Though Kiberd neglects to point out that Ulysses instructs us in how to cook pork kidneys and fill out racing forms, he does insist that "this is a book with much to teach us about the world—advice on how to cope with grief; how to be frank about death in the age of its denial; how women have their own sexual desires and so also do men; how to walk and think at the same time; how the language of the body is often more eloquent than any words; how to tell a joke and how not to tell a joke; how to purge sexual relations of all notions of ownership; or how the way a person approaches food can explain who they really are."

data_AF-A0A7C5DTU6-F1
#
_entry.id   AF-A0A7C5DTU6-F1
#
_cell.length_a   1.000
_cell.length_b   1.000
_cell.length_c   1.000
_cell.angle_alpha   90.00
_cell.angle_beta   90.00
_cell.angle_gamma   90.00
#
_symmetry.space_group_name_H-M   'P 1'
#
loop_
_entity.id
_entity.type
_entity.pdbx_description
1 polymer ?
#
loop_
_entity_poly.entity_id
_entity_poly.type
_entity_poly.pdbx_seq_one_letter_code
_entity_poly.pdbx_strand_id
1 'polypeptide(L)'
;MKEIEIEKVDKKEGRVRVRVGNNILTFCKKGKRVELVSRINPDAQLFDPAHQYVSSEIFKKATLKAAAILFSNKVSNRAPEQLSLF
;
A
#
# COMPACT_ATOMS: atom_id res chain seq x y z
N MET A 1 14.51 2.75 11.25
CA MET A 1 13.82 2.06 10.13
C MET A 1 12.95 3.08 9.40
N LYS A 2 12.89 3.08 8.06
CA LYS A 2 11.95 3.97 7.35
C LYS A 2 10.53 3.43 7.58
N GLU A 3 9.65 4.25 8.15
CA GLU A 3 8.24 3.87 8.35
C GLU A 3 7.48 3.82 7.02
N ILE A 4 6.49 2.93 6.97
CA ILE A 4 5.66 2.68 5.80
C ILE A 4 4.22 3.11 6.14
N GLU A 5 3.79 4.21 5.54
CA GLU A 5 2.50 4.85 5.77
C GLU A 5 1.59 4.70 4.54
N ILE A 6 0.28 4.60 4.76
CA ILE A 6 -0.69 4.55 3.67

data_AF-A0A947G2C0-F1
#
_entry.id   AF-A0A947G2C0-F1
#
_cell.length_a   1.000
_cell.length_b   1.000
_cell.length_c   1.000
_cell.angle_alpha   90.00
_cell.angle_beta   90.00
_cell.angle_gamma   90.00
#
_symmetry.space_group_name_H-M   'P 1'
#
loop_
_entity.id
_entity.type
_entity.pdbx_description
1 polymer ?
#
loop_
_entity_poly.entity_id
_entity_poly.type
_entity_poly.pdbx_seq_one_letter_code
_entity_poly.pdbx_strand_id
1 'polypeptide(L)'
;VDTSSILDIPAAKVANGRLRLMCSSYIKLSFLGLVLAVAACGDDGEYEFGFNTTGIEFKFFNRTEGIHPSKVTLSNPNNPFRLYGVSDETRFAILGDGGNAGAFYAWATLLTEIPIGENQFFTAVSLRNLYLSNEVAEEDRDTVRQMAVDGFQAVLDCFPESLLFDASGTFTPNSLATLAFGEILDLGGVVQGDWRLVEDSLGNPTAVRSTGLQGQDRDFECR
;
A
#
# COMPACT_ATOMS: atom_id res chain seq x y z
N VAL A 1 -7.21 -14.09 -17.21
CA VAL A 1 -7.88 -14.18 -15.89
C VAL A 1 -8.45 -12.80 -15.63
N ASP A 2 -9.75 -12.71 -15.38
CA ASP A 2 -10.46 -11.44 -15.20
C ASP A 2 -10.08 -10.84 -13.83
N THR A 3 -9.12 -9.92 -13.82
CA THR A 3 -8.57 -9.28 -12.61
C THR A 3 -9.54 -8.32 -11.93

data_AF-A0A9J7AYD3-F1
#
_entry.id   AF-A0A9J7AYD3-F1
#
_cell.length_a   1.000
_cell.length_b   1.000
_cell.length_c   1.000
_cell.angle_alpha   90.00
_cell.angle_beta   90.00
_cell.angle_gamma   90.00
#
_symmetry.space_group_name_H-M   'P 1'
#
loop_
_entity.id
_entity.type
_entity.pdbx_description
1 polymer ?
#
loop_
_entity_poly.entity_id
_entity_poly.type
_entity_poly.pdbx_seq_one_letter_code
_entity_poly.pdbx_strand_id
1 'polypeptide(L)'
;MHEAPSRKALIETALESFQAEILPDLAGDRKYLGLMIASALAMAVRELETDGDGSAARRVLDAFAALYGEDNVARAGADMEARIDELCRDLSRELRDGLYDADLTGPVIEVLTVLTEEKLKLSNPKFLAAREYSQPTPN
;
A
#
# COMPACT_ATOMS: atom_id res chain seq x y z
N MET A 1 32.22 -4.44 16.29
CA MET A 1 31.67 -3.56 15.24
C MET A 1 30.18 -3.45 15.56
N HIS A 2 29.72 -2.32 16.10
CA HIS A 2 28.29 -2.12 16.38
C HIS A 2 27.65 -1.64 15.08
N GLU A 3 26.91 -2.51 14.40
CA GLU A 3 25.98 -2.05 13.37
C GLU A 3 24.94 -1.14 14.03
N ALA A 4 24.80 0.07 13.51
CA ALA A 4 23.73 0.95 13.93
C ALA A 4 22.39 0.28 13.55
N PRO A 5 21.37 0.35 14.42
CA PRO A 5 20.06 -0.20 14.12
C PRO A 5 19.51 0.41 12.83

Joyce himself claimed otherwise. In 1922 he complained to a fellow novelist, Djuna Barnes: "The pity is the public will demand and find a moral in my book—or worse they may take it in some more serious way, and on the honor of a gentleman, there is not one single serious line in it." Joyce was not entirely serious about that disclaimer, any more than Mark Twain was when he posted his famous warning at the beginning of Huckleberry Finn: "Persons attempting to find a motive in this narrative will be prosecuted; persons attempting to find a moral in it will be banished; persons attempting to find a plot in it will be shot." Nevertheless, such persons need to proceed with caution.